Mount St. Helens 2013

Turned 38 this year (holy crap!) and figured that I actually needed to start living a bit instead of just working all the time. For some reason I decided that “living” meant climbing / hiking (relatively) tall mountains so in August I organized a bunch of guys from work to climb South Sister here in Oregon, which was awesome and then just this last weekend some of the same group (and a couple of other guys) climbed Mount St. Helens. One *awesome* twist: we did it at night, mostly because I was out of husband points and couldn’t afford another full weekend away.

We (Alex, Jacob, Joe, Chris, Greg and I) ended up leaving downtown Portland at around 11:40pm, got up to the trailhead (Climbers’ Bivouac) at around 1:00am, attempted to sleep for 30 minutes and then hit the trail at around 2am. It was pitch black (new moon) so we all had headlamps, which made the first mile or so relatively spooky, like something out of a bad movie where all you can see are trees and then darkness. And it was quiet, in fact we didn’t see any other hikers until the next morning when we were coming down.

One of the guys that came with us (hey Greg!) works at Jive and turned out to be a volunteer at the Mt St. Helens Institute, which runs the permitting system and having him on the trip was super helpful. For the first couple miles it’s relatively easy to stay on the trail, since there’s actually a trail but then you hit the rock field and at that point, the trail disappears and you have to look for these 4-6 foot tall posts, which in the daylight I’m sure are easy to spot but at 3am under a new moon are not so easy to spot. Greg (luckily?) brought a really nice spotlight (from his bike IIRC) that was at least 2x brighter than any of the headlamps that we had which he used every couple hundred yards or so to illuminate the next post that we had to aim for. This continued on for awhile and then we started hitting the snow and ice.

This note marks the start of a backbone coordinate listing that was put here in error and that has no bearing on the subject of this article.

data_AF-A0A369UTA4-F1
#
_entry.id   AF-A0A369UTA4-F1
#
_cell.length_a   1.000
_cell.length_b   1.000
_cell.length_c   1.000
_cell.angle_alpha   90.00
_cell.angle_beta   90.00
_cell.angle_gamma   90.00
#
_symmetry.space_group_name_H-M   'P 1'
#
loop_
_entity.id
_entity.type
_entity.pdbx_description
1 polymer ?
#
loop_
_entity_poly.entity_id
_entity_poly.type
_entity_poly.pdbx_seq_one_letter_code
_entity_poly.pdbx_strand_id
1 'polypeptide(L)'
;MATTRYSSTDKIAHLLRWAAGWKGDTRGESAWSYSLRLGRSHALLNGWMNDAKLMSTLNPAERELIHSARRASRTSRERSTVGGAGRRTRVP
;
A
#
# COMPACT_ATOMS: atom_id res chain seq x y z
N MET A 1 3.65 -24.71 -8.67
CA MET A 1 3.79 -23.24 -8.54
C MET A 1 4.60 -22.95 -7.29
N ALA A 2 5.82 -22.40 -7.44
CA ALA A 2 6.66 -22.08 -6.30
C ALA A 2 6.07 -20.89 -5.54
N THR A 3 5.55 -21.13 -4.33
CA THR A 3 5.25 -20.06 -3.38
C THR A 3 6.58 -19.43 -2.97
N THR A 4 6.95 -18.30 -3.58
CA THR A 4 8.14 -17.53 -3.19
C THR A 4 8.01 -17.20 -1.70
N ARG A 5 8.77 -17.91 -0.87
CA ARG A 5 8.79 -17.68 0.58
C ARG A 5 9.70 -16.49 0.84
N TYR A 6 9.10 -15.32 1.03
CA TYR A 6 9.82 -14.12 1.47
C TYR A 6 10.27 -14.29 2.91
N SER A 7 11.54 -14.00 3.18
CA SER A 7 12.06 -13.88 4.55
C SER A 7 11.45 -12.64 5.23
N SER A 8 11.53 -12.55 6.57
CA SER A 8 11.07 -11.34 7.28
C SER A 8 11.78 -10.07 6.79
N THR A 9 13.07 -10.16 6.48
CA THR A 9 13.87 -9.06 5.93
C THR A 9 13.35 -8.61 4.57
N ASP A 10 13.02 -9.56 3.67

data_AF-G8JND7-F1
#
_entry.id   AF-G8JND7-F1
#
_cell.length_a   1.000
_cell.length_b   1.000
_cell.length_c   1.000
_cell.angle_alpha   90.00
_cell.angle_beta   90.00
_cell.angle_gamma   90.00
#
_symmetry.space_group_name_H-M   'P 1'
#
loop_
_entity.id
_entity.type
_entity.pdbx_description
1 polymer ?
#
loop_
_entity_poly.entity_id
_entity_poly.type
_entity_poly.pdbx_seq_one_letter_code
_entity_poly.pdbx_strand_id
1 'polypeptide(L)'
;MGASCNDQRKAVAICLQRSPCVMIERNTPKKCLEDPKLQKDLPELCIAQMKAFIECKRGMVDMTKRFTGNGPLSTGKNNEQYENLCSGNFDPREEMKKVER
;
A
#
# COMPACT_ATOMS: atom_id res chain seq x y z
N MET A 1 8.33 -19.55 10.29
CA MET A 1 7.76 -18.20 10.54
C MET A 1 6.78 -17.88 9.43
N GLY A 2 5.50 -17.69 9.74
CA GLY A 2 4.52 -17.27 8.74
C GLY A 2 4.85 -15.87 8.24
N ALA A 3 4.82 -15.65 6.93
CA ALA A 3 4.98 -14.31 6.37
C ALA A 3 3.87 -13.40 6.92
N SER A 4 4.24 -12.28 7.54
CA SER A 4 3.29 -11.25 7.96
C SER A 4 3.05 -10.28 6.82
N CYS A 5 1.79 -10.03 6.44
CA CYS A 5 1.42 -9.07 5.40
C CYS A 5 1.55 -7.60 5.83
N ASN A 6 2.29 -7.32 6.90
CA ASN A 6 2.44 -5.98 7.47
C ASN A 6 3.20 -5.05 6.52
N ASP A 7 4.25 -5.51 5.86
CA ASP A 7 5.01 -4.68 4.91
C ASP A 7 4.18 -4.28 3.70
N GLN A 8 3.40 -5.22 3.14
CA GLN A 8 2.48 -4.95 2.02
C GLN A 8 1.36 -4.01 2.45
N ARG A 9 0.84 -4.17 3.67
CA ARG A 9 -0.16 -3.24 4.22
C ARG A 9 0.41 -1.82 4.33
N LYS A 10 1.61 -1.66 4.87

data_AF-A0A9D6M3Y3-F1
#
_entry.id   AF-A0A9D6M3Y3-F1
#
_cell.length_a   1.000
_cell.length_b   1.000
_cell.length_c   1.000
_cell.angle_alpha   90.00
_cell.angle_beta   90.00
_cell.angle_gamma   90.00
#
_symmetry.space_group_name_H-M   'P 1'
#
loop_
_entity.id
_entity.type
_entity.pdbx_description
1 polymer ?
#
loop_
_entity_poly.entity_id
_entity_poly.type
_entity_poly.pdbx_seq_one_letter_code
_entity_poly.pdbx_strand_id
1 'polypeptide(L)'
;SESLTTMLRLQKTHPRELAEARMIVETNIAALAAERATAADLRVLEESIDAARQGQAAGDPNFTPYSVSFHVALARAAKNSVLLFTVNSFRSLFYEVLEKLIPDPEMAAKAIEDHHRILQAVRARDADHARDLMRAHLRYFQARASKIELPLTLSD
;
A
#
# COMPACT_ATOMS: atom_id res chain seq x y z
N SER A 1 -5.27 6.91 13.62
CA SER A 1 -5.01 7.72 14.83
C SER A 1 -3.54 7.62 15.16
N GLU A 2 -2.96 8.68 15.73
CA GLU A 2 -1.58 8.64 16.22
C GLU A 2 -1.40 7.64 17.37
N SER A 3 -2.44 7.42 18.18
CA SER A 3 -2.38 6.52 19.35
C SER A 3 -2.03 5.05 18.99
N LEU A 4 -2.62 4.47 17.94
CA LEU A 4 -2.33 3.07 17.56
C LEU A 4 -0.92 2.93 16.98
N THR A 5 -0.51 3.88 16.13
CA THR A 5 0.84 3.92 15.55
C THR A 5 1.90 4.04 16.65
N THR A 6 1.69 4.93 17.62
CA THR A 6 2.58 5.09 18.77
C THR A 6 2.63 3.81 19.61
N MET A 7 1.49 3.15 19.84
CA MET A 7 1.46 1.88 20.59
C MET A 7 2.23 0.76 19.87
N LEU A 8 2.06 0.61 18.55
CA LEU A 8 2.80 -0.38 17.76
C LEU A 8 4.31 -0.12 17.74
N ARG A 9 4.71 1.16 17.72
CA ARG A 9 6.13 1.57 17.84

Turns out we were super lucky: after the South Sister trip I badgered one of the guys (Alex) to get us some permits for St Helens since he was planning on going. The first weekend that opened up, which we thought would be perfect, was 9/27-28, which, fortunately for us, turned out to be really hard to get permits for ( and so we ended up with permits for 10/5. Lucky for us, the weekend of 9/27 turned out to be (literally) record rains for Oregon and Washington and would have made for a horrible climb. The Friday / Saturday that we ended up going was crystal clear and relatively warm but because of the rains the weekend before, meant snow was on the mountain. So the next couple miles, in fact all the way to the top, were full of snow and some ice. Only one guy had the foresight to bring crampons, which, in retrospect, we all should have had. There were definitely some parts of the climb that were dicey, where you couldn’t dig in your toe to make a step and felt like you might slip but the majority of the climb felt mostly safe.

After a bunch of breaks, lots of silent one foot after another in the darkness hiking, we made it to the top around 6:30am, a bit earlier than we had anticipated since sunrise was supposed to happen at 7:14am. I had actually done some research prior thinking that at altitude, that sunrise might happen earlier (which would have been nice) but it turns out (IIRC) that sunrise is affected about 1 minute per 1.5km of elevation, so at 8,300 feet, there wasn’t much to gain. Either way, the summit was amazing and after hiking all that time, a little bit cold. The group of us that made it hung out for a bit, didn’t get too close to the edge (lots of warnings about the cornices at the top of the summit), took some pictures and then headed on down.

Four hours later and after passing a bunch of hikers who were just starting their hike, each of whom asked “are you guys coming down already?”, we arrived back at the car, ready to find to some real food. Or maybe that was just me who couldn’t wait to eat some real food. It was super fun, I can’t wait for the next climb, probably Mt. Adams.

Full set of pictures on flickr: